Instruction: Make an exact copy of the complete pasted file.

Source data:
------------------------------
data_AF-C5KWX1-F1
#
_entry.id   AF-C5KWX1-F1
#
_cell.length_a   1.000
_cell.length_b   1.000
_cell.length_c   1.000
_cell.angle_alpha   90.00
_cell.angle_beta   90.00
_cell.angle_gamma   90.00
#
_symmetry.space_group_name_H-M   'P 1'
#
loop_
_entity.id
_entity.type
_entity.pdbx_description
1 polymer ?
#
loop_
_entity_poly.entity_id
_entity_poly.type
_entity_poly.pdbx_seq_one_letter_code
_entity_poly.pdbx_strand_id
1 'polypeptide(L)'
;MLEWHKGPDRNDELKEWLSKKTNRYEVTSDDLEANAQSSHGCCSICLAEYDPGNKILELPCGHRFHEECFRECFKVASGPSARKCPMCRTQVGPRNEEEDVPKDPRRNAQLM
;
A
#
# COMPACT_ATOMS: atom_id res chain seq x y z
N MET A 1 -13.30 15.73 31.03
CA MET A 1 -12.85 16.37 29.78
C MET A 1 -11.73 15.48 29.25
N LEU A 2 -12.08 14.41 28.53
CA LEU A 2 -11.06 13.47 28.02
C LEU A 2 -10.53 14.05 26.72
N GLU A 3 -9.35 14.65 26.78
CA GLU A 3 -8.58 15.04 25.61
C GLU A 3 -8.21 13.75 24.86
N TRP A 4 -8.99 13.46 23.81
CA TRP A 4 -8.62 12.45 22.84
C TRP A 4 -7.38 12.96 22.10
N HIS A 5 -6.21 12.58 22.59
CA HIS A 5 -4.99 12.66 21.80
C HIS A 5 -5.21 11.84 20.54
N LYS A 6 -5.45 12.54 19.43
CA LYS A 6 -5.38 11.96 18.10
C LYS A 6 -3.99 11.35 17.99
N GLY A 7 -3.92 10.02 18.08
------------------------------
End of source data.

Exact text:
data_AF-C5KWX1-F1
#
_entry.id   AF-C5KWX1-F1
#
_cell.length_a   1.000
_cell.length_b   1.000
_cell.length_c   1.000
_cell.angle_alpha   90.00
_cell.angle_beta   90.00
_cell.angle_gamma   90.00
#
_symmetry.space_group_name_H-M   'P 1'
#
loop_
_entity.id
_entity.type
_entity.pdbx_description
1 polymer ?
#
loop_
_entity_poly.entity_id
_entity_poly.type
_entity_poly.pdbx_seq_one_letter_code
_entity_poly.pdbx_strand_id
1 'polypeptide(L)'
;MLEWHKGPDRNDELKEWLSKKTNRYEVTSDDLEANAQSSHGCCSICLAEYDPGNKILELPCGHRFHEECFRECFKVASGPSARKCPMCRTQVGPRNEEEDVPKDPRRNAQLM
;
A
#
# COMPACT_ATOMS: atom_id res chain seq x y z
N MET A 1 -13.30 15.73 31.03
CA MET A 1 -12.85 16.37 29.78
C MET A 1 -11.73 15.48 29.25
N LEU A 2 -12.08 14.41 28.53
CA LEU A 2 -11.06 13.47 28.02
C LEU A 2 -10.53 14.05 26.72
N GLU A 3 -9.35 14.65 26.78
CA GLU A 3 -8.58 15.04 25.61
C GLU A 3 -8.21 13.75 24.86
N TRP A 4 -8.99 13.46 23.81
CA TRP A 4 -8.62 12.45 22.84
C TRP A 4 -7.38 12.96 22.10
N HIS A 5 -6.21 12.58 22.59
CA HIS A 5 -4.99 12.66 21.80
C HIS A 5 -5.21 11.84 20.54
N LYS A 6 -5.45 12.54 19.43
CA LYS A 6 -5.38 11.96 18.10
C LYS A 6 -3.99 11.35 17.99
N GLY A 7 -3.92 10.02 18.08